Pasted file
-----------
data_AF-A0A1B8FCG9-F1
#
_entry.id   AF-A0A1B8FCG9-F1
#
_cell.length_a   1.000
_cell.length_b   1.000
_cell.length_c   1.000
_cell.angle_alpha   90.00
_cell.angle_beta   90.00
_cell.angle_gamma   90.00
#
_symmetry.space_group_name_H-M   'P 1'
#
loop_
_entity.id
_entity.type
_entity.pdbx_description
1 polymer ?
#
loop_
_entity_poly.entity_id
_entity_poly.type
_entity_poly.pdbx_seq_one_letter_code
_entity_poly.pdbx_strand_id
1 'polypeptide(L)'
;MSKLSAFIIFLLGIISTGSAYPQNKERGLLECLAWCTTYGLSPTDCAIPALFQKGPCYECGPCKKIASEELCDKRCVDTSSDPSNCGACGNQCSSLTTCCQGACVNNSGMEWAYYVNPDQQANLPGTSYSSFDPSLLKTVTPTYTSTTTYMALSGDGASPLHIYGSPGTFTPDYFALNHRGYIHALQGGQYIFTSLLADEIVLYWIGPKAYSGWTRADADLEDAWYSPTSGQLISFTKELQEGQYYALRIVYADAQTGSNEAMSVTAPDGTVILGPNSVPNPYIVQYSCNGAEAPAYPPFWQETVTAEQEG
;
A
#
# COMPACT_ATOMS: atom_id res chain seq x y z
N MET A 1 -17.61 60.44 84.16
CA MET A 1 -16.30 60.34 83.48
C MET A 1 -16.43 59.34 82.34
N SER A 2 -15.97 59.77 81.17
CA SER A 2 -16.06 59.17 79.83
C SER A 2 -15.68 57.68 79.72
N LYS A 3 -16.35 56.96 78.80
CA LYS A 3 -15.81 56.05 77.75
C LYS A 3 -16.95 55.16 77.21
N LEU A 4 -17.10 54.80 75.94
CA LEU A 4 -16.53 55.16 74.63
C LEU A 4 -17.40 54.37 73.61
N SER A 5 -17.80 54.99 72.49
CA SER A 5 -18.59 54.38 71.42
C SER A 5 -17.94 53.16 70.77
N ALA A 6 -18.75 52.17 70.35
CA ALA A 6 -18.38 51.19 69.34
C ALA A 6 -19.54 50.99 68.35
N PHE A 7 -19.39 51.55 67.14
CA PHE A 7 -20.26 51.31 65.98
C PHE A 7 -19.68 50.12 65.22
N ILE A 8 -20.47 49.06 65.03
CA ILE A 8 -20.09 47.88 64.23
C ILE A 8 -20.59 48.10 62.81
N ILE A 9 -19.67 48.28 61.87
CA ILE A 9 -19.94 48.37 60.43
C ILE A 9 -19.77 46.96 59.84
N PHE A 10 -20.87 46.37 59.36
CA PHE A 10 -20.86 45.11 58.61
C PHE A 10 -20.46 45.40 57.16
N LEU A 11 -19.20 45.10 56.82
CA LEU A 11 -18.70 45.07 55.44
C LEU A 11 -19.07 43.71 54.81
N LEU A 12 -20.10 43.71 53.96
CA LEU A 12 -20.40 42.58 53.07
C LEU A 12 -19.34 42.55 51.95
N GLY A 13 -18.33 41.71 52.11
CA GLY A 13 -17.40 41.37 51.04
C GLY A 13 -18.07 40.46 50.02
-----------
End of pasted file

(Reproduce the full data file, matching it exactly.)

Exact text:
data_AF-A0A1B8FCG9-F1
#
_entry.id   AF-A0A1B8FCG9-F1
#
_cell.length_a   1.000
_cell.length_b   1.000
_cell.length_c   1.000
_cell.angle_alpha   90.00
_cell.angle_beta   90.00
_cell.angle_gamma   90.00
#
_symmetry.space_group_name_H-M   'P 1'
#
loop_
_entity.id
_entity.type
_entity.pdbx_description
1 polymer ?
#
loop_
_entity_poly.entity_id
_entity_poly.type
_entity_poly.pdbx_seq_one_letter_code
_entity_poly.pdbx_strand_id
1 'polypeptide(L)'
;MSKLSAFIIFLLGIISTGSAYPQNKERGLLECLAWCTTYGLSPTDCAIPALFQKGPCYECGPCKKIASEELCDKRCVDTSSDPSNCGACGNQCSSLTTCCQGACVNNSGMEWAYYVNPDQQANLPGTSYSSFDPSLLKTVTPTYTSTTTYMALSGDGASPLHIYGSPGTFTPDYFALNHRGYIHALQGGQYIFTSLLADEIVLYWIGPKAYSGWTRADADLEDAWYSPTSGQLISFTKELQEGQYYALRIVYADAQTGSNEAMSVTAPDGTVILGPNSVPNPYIVQYSCNGAEAPAYPPFWQETVTAEQEG
;
A
#
# COMPACT_ATOMS: atom_id res chain seq x y z
N MET A 1 -17.61 60.44 84.16
CA MET A 1 -16.30 60.34 83.48
C MET A 1 -16.43 59.34 82.34
N SER A 2 -15.97 59.77 81.17
CA SER A 2 -16.06 59.17 79.83
C SER A 2 -15.68 57.68 79.72
N LYS A 3 -16.35 56.96 78.80
CA LYS A 3 -15.81 56.05 77.75
C LYS A 3 -16.95 55.16 77.21
N LEU A 4 -17.10 54.80 75.94
CA LEU A 4 -16.53 55.16 74.63
C LEU A 4 -17.40 54.37 73.61
N SER A 5 -17.80 54.99 72.49
CA SER A 5 -18.59 54.38 71.42
C SER A 5 -17.94 53.16 70.77
N ALA A 6 -18.75 52.17 70.35
CA ALA A 6 -18.38 51.19 69.34
C ALA A 6 -19.54 50.99 68.35
N PHE A 7 -19.39 51.55 67.14
CA PHE A 7 -20.26 51.31 65.98
C PHE A 7 -19.68 50.12 65.22
N ILE A 8 -20.47 49.06 65.03
CA ILE A 8 -20.09 47.88 64.23
C ILE A 8 -20.59 48.10 62.81
N ILE A 9 -19.67 48.28 61.87
CA ILE A 9 -19.94 48.37 60.43
C ILE A 9 -19.77 46.96 59.84
N PHE A 10 -20.87 46.37 59.36
CA PHE A 10 -20.86 45.11 58.61
C PHE A 10 -20.46 45.40 57.16
N LEU A 11 -19.20 45.10 56.82
CA LEU A 11 -18.70 45.07 55.44
C LEU A 11 -19.07 43.71 54.81
N LEU A 12 -20.10 43.71 53.96
CA LEU A 12 -20.40 42.58 53.07
C LEU A 12 -19.34 42.55 51.95
N GLY A 13 -18.33 41.71 52.11
CA GLY A 13 -17.40 41.37 51.04
C GLY A 13 -18.07 40.46 50.02